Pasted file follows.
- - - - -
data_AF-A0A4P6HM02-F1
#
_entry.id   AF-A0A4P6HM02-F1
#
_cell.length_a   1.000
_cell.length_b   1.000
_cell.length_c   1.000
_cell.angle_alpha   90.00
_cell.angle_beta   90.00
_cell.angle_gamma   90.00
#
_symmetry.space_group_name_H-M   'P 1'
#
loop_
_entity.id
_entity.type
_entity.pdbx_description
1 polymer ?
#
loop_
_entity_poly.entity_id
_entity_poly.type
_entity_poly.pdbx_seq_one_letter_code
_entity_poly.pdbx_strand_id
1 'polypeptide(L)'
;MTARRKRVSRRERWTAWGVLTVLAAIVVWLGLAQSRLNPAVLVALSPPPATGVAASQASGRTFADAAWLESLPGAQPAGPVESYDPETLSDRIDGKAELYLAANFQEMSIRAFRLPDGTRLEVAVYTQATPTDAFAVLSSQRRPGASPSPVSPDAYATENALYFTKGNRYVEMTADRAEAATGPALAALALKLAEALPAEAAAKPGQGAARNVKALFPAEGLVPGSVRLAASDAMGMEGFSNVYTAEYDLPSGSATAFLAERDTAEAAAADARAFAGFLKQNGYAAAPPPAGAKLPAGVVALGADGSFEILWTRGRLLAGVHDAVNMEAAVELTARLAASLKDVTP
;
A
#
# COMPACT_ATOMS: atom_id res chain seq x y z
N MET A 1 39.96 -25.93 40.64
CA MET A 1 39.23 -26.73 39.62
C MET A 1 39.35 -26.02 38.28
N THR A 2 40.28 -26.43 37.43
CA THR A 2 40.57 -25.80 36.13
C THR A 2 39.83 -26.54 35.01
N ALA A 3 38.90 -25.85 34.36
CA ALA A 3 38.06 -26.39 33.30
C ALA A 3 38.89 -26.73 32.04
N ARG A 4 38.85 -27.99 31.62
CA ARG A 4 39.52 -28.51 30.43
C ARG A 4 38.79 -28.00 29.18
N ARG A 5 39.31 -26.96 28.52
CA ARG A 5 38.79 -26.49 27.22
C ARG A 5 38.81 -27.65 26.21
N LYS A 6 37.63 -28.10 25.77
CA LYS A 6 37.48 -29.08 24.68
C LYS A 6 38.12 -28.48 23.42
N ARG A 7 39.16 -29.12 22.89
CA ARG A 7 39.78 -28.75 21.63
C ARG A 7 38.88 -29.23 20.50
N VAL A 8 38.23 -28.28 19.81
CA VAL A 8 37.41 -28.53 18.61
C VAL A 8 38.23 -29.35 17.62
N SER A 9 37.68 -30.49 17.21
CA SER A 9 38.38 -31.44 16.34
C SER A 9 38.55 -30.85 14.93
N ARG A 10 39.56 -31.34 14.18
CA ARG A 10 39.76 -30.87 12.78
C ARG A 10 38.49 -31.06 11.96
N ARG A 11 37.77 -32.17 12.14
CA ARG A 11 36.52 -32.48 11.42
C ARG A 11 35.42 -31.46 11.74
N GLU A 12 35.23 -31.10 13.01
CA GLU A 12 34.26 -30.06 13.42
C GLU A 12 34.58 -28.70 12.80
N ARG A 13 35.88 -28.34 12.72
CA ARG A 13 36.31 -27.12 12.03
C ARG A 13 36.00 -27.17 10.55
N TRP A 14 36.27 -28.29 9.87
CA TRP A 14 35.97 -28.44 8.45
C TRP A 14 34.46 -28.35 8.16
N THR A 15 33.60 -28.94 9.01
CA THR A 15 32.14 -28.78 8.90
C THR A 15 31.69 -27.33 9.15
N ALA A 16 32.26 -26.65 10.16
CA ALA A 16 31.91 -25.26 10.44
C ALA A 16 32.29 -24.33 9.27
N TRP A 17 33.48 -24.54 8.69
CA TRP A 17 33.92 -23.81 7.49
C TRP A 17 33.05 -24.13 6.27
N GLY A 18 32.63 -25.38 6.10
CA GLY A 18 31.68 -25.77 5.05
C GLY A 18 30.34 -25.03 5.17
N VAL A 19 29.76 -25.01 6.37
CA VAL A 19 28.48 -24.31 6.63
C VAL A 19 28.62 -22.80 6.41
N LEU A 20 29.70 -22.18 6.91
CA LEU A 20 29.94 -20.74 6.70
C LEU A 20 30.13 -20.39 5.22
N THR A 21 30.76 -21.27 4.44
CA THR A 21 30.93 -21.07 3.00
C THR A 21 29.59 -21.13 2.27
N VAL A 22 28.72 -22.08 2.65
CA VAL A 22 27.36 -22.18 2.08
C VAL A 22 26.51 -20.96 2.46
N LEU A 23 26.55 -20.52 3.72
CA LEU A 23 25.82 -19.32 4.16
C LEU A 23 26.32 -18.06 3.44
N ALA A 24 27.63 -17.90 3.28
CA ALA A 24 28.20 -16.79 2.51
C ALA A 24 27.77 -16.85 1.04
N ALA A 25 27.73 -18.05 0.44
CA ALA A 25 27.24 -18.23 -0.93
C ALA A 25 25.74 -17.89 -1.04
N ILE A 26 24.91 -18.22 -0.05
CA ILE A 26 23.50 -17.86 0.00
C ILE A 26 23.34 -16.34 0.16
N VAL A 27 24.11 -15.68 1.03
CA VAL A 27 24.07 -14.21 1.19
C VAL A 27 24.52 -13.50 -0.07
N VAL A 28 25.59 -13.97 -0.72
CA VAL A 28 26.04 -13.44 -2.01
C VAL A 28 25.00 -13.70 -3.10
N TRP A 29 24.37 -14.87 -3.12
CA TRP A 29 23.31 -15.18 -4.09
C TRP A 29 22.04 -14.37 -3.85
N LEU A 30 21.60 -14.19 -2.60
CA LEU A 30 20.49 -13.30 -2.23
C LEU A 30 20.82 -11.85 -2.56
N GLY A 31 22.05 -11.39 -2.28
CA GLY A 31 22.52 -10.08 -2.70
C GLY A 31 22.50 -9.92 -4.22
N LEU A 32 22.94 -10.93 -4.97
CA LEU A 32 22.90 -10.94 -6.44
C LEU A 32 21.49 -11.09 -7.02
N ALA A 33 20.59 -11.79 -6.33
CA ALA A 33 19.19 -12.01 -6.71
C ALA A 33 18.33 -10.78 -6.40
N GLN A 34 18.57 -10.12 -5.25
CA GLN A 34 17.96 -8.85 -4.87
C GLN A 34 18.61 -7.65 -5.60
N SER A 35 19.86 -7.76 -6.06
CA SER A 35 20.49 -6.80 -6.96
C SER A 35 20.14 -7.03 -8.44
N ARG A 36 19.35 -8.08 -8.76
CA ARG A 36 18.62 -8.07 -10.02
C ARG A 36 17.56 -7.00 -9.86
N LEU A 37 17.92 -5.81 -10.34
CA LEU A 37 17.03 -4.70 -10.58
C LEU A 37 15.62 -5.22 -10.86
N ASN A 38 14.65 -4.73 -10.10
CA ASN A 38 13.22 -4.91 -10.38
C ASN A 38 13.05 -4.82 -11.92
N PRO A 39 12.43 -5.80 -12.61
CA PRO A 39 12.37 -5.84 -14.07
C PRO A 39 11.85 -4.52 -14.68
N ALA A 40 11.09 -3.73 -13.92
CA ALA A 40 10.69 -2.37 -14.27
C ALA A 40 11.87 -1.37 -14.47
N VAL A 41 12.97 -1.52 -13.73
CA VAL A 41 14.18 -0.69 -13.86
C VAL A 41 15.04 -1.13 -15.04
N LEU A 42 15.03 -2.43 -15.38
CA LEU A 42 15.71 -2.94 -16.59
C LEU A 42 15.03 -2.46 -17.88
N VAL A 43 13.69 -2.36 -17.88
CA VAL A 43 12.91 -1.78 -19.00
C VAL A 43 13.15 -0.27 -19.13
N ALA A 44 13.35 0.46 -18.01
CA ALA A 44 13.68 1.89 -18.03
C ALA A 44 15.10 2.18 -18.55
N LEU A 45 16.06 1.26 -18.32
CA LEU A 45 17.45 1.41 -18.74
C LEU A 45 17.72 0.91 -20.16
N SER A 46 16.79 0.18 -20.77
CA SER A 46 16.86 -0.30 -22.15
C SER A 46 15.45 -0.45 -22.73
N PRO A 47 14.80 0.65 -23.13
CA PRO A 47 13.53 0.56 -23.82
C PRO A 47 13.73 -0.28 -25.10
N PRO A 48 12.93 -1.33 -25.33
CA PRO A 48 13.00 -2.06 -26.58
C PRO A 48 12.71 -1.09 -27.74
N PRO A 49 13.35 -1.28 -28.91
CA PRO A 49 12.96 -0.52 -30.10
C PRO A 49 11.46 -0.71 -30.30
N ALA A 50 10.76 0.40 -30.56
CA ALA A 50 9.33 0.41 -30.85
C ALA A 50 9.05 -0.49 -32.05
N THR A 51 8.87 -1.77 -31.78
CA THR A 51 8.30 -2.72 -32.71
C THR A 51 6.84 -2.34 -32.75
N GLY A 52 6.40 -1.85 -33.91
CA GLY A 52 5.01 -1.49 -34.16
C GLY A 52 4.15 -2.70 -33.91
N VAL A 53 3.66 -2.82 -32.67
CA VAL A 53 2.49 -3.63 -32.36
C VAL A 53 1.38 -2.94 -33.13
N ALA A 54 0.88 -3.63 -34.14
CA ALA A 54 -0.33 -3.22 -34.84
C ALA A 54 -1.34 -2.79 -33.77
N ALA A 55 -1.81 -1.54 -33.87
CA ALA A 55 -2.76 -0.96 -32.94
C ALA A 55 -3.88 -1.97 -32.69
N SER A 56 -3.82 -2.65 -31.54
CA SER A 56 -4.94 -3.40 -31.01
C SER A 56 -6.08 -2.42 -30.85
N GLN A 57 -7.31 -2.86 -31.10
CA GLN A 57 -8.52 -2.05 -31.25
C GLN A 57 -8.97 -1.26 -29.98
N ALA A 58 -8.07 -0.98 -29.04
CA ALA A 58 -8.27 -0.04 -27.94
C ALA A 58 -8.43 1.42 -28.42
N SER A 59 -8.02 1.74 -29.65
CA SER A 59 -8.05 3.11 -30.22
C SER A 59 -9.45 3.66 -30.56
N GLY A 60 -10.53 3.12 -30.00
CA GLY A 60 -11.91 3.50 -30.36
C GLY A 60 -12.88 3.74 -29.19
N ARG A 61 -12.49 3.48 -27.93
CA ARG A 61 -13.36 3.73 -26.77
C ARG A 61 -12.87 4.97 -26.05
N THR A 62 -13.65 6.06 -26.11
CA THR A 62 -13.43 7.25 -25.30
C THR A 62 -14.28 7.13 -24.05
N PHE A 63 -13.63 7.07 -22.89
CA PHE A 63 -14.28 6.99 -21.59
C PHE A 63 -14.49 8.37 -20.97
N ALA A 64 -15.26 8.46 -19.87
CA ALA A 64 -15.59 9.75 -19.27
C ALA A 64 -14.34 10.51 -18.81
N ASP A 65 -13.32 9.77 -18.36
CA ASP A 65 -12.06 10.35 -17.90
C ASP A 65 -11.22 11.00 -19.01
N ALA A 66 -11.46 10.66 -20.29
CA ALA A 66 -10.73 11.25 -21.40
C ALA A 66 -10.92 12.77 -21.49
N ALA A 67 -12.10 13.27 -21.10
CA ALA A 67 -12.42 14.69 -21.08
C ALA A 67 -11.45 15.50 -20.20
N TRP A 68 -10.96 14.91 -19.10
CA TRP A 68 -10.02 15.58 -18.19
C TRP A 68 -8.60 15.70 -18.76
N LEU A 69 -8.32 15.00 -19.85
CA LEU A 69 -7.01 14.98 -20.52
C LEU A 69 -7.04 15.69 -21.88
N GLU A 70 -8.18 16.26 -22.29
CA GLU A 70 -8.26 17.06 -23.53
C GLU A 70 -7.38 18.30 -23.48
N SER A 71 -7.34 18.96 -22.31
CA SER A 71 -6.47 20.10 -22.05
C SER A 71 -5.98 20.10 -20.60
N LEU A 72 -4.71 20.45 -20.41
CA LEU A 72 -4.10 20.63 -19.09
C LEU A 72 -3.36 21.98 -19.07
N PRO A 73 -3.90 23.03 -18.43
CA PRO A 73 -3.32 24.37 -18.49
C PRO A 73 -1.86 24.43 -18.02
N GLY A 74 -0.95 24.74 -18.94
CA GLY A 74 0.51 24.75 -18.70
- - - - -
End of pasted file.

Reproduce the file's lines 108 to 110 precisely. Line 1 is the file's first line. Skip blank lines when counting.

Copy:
C ILE A 26 23.34 -16.34 0.16
N VAL A 27 24.11 -15.68 1.03
CA VAL A 27 24.07 -14.21 1.19